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Be Wary of Public Wi-Fi

You can protect yourself from online hackers

Public wifi dangers

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Simple precautions can make you less vulnerable when using Wi-Fi in a public place..

When we’re out grabbing a latte and checking emails, we rarely think about creepy cyberstalkers trying to snatch our identity—but we should.

I’ve learned from AARP’s Fraud Watch Network that cyberfraud is an equal opportunity crime. It can victimize anyone at any age — from a millennial Snapchatter camped out at a cafe, to a retiree checking on 401(k) withdrawals via free airport Wi-Fi. In many cases, we have dumb luck to thank for not becoming victims. Yet, there are steps we can take to protect ourselves.



Indulging in the delights of online activity has turned many of us into insatiable information consumers, and often overly generous information sharers. That’s where thieves find their opportunity. While we might intend to restrict our interactions to a circle of our own choosing, when we use public Wi-Fi, we’re taking a risk of getting hacked.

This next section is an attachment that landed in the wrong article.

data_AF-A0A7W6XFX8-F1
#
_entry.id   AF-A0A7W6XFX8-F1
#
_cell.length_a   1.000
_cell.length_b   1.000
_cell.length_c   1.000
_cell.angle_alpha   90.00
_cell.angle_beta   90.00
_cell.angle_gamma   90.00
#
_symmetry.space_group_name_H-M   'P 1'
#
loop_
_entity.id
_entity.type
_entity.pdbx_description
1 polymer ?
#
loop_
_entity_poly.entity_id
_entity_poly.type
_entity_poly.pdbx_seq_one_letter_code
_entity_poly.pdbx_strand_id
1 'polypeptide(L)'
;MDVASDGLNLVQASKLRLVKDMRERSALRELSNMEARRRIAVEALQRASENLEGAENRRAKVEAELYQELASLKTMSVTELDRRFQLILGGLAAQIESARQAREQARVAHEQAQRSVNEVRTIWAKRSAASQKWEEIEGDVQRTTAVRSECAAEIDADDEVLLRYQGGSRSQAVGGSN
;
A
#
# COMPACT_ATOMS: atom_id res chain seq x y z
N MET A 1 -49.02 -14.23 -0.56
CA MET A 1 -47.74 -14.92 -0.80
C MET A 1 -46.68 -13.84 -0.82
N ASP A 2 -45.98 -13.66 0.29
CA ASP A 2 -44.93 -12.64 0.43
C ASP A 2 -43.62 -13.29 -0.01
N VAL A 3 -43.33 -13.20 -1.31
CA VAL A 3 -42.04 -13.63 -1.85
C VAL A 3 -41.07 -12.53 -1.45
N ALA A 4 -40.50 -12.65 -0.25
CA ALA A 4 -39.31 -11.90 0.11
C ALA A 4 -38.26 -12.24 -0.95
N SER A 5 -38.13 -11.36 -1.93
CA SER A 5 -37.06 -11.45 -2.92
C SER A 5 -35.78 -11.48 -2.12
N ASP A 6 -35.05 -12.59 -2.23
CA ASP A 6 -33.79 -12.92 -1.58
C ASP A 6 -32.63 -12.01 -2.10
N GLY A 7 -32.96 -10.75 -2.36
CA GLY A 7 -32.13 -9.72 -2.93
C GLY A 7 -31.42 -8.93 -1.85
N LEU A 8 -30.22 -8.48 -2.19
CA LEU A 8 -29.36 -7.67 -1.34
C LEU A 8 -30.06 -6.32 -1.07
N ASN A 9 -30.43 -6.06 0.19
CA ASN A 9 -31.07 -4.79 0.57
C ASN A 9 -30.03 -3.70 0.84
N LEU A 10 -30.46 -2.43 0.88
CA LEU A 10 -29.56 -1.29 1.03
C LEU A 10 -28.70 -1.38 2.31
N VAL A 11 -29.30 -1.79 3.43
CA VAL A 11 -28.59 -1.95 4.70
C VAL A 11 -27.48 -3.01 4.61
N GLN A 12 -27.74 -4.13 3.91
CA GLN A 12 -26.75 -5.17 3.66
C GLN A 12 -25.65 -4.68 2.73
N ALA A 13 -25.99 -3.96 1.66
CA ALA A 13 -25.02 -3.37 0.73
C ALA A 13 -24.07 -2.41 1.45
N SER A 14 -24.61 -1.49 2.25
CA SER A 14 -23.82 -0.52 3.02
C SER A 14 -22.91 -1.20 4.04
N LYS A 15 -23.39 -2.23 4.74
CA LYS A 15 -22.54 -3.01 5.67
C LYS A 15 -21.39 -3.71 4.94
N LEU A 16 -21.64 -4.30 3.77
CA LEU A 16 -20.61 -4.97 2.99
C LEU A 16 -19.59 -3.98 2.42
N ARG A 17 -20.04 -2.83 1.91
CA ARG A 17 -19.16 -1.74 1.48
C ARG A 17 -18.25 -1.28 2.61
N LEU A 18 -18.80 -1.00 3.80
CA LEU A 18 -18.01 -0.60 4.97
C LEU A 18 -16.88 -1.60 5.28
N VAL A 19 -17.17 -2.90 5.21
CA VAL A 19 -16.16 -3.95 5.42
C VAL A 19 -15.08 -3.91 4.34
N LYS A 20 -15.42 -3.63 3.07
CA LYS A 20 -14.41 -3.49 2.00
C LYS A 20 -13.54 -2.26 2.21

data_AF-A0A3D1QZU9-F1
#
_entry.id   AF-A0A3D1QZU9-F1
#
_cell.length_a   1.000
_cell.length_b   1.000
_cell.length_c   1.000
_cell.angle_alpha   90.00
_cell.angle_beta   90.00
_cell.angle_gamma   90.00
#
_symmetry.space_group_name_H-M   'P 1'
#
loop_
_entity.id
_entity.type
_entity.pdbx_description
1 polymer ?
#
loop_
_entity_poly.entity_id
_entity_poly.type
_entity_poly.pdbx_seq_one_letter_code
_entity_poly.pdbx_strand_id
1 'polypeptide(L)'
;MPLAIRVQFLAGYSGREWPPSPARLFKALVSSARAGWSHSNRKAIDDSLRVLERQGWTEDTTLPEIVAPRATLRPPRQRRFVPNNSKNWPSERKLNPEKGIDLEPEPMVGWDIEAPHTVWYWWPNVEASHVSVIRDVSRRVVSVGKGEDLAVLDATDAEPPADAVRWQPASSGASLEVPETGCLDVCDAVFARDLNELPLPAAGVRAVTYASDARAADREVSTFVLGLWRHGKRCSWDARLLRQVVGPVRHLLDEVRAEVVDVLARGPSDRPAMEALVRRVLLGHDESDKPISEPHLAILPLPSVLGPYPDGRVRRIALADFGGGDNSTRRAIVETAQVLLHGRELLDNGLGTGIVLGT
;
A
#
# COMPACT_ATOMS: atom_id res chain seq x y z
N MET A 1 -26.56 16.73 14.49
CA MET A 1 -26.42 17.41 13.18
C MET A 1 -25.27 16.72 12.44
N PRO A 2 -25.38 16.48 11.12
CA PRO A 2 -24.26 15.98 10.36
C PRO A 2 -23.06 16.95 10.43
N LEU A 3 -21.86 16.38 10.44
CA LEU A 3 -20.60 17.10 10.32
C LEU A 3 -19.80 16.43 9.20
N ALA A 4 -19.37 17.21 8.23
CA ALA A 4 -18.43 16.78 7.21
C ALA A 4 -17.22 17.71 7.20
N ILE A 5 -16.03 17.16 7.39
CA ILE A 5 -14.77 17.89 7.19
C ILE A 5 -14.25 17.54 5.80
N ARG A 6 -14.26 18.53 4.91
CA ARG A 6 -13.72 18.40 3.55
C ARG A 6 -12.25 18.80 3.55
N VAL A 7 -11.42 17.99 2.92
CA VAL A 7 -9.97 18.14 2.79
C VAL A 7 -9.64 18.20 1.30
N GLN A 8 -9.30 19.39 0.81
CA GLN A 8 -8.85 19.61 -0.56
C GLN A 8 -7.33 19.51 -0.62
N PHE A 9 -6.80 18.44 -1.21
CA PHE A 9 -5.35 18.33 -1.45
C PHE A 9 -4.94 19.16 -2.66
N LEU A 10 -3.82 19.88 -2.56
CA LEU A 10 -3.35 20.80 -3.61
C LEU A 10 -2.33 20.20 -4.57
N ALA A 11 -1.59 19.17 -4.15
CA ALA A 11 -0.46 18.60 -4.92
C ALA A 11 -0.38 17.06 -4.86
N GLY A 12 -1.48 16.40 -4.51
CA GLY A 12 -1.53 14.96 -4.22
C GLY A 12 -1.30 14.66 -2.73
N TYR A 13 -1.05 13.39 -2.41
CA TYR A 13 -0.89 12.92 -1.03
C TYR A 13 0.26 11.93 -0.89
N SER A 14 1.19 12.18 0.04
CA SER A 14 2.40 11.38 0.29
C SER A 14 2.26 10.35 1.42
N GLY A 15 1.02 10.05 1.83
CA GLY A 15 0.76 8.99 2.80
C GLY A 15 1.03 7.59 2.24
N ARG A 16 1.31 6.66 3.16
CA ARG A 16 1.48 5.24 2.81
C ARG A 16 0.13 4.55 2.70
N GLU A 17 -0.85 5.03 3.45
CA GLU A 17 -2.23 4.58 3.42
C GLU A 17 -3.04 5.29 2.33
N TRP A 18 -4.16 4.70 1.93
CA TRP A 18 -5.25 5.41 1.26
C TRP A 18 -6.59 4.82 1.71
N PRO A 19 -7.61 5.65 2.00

A nearby patron with even the most modest criminal talent can grab our credit card numbers, emails, passwords and bank information without our knowledge if we’re not careful. Their tactics can be as low-tech as reading over our shoulder, or as involved as establishing a fake Wi-Fi network with a name similar to the hot spot connection we’re expecting to use (the “Evil Twin” hack). Either way, the web offers aspiring fraudsters easy access to tools and instructions on how to steal our stuff.

Whatever the trick, the cost can be devastating. There were 13 million identity theft victims last year, with $35,600 stolen every minute.

With some simple precautions, we can make ourselves less vulnerable when we use Wi-Fi in a public place – or even at home.

AARP’s Fraud Watch Network offers four tips to help:

  • Don’t access your email, online bank or credit card accounts using public Wi-Fi
  • Watch out for fake Wi-Fi at coffee shops, hotels or other free hot spots – network names that are close, but not exactly right. Employees can give you the correct connection name and IP address.
  • Don’t let your mobile device automatically connect to nearby Wi-Fi; manually select the network you want
  • Don’t surf using an unknown public network if the website requires sensitive information – like online shopping

To these, I would add: Sit where your back is against a wall, so no one can “eavesdrop” over your shoulder.

AARP wants to help arm Americans with the tools they need to spot and avoid fraud and scams. We invite you to sign up for the Fraud Watch Network, a free resource to help you protect yourself and your family from identity theft and other scams.

Don’t wait until your dumb luck runs out.

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